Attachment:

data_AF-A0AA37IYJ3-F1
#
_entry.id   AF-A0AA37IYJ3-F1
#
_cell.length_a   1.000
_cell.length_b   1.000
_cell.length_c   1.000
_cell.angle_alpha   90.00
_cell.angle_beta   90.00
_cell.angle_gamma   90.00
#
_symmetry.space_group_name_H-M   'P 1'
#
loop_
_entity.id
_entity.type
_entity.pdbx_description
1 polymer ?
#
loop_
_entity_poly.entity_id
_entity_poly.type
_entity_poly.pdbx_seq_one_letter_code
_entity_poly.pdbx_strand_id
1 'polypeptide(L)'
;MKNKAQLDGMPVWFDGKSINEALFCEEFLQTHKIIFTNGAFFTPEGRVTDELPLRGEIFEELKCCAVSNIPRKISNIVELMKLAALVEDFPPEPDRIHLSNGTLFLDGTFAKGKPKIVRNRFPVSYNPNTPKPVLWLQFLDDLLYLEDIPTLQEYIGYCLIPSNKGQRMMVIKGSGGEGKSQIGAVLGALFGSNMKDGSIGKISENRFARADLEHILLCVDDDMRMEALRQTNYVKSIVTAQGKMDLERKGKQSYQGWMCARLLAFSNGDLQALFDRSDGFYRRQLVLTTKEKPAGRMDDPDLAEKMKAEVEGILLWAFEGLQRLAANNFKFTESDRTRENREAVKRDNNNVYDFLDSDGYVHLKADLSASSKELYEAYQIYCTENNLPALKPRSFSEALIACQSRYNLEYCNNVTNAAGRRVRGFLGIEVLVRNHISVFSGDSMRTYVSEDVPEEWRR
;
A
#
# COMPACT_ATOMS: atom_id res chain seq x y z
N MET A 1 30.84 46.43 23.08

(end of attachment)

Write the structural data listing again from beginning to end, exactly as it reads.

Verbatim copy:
data_AF-A0AA37IYJ3-F1
#
_entry.id   AF-A0AA37IYJ3-F1
#
_cell.length_a   1.000
_cell.length_b   1.000
_cell.length_c   1.000
_cell.angle_alpha   90.00
_cell.angle_beta   90.00
_cell.angle_gamma   90.00
#
_symmetry.space_group_name_H-M   'P 1'
#
loop_
_entity.id
_entity.type
_entity.pdbx_description
1 polymer ?
#
loop_
_entity_poly.entity_id
_entity_poly.type
_entity_poly.pdbx_seq_one_letter_code
_entity_poly.pdbx_strand_id
1 'polypeptide(L)'
;MKNKAQLDGMPVWFDGKSINEALFCEEFLQTHKIIFTNGAFFTPEGRVTDELPLRGEIFEELKCCAVSNIPRKISNIVELMKLAALVEDFPPEPDRIHLSNGTLFLDGTFAKGKPKIVRNRFPVSYNPNTPKPVLWLQFLDDLLYLEDIPTLQEYIGYCLIPSNKGQRMMVIKGSGGEGKSQIGAVLGALFGSNMKDGSIGKISENRFARADLEHILLCVDDDMRMEALRQTNYVKSIVTAQGKMDLERKGKQSYQGWMCARLLAFSNGDLQALFDRSDGFYRRQLVLTTKEKPAGRMDDPDLAEKMKAEVEGILLWAFEGLQRLAANNFKFTESDRTRENREAVKRDNNNVYDFLDSDGYVHLKADLSASSKELYEAYQIYCTENNLPALKPRSFSEALIACQSRYNLEYCNNVTNAAGRRVRGFLGIEVLVRNHISVFSGDSMRTYVSEDVPEEWRR
;
A
#
# COMPACT_ATOMS: atom_id res chain seq x y z
N MET A 1 30.84 46.43 23.08